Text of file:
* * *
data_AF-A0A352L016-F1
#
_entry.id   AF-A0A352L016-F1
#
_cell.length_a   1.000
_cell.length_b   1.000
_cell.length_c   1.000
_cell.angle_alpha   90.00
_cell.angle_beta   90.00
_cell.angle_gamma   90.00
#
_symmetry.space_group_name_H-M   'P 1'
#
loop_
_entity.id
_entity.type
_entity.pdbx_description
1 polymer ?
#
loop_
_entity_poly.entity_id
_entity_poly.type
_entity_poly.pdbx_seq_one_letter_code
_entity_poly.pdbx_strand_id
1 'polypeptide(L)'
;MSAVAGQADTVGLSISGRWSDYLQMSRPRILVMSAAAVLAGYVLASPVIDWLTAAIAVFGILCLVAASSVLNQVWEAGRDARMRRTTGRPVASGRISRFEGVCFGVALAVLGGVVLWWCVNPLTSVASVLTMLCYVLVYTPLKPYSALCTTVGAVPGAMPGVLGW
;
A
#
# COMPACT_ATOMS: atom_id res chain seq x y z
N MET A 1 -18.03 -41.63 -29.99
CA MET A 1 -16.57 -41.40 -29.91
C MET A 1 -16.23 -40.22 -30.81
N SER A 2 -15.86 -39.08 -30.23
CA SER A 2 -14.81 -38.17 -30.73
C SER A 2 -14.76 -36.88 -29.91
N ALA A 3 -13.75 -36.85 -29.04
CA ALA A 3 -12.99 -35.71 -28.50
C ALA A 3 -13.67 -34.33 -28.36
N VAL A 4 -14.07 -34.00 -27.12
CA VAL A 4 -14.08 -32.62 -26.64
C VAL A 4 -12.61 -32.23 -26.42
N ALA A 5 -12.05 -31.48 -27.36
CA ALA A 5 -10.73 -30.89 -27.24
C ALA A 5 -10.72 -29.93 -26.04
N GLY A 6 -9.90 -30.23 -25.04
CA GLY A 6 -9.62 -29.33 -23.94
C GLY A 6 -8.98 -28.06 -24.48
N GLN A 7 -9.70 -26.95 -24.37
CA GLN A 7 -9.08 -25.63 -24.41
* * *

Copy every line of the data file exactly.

data_AF-A0A352L016-F1
#
_entry.id   AF-A0A352L016-F1
#
_cell.length_a   1.000
_cell.length_b   1.000
_cell.length_c   1.000
_cell.angle_alpha   90.00
_cell.angle_beta   90.00
_cell.angle_gamma   90.00
#
_symmetry.space_group_name_H-M   'P 1'
#
loop_
_entity.id
_entity.type
_entity.pdbx_description
1 polymer ?
#
loop_
_entity_poly.entity_id
_entity_poly.type
_entity_poly.pdbx_seq_one_letter_code
_entity_poly.pdbx_strand_id
1 'polypeptide(L)'
;MSAVAGQADTVGLSISGRWSDYLQMSRPRILVMSAAAVLAGYVLASPVIDWLTAAIAVFGILCLVAASSVLNQVWEAGRDARMRRTTGRPVASGRISRFEGVCFGVALAVLGGVVLWWCVNPLTSVASVLTMLCYVLVYTPLKPYSALCTTVGAVPGAMPGVLGW
;
A
#
# COMPACT_ATOMS: atom_id res chain seq x y z
N MET A 1 -18.03 -41.63 -29.99
CA MET A 1 -16.57 -41.40 -29.91
C MET A 1 -16.23 -40.22 -30.81
N SER A 2 -15.86 -39.08 -30.23
CA SER A 2 -14.81 -38.17 -30.73
C SER A 2 -14.76 -36.88 -29.91
N ALA A 3 -13.75 -36.85 -29.04
CA ALA A 3 -12.99 -35.71 -28.50
C ALA A 3 -13.67 -34.33 -28.36
N VAL A 4 -14.07 -34.00 -27.12
CA VAL A 4 -14.08 -32.62 -26.64
C VAL A 4 -12.61 -32.23 -26.42
N ALA A 5 -12.05 -31.48 -27.36
CA ALA A 5 -10.73 -30.89 -27.24
C ALA A 5 -10.72 -29.93 -26.04
N GLY A 6 -9.90 -30.23 -25.04
CA GLY A 6 -9.62 -29.33 -23.94
C GLY A 6 -8.98 -28.06 -24.48
N GLN A 7 -9.70 -26.95 -24.37
CA GLN A 7 -9.08 -25.63 -24.41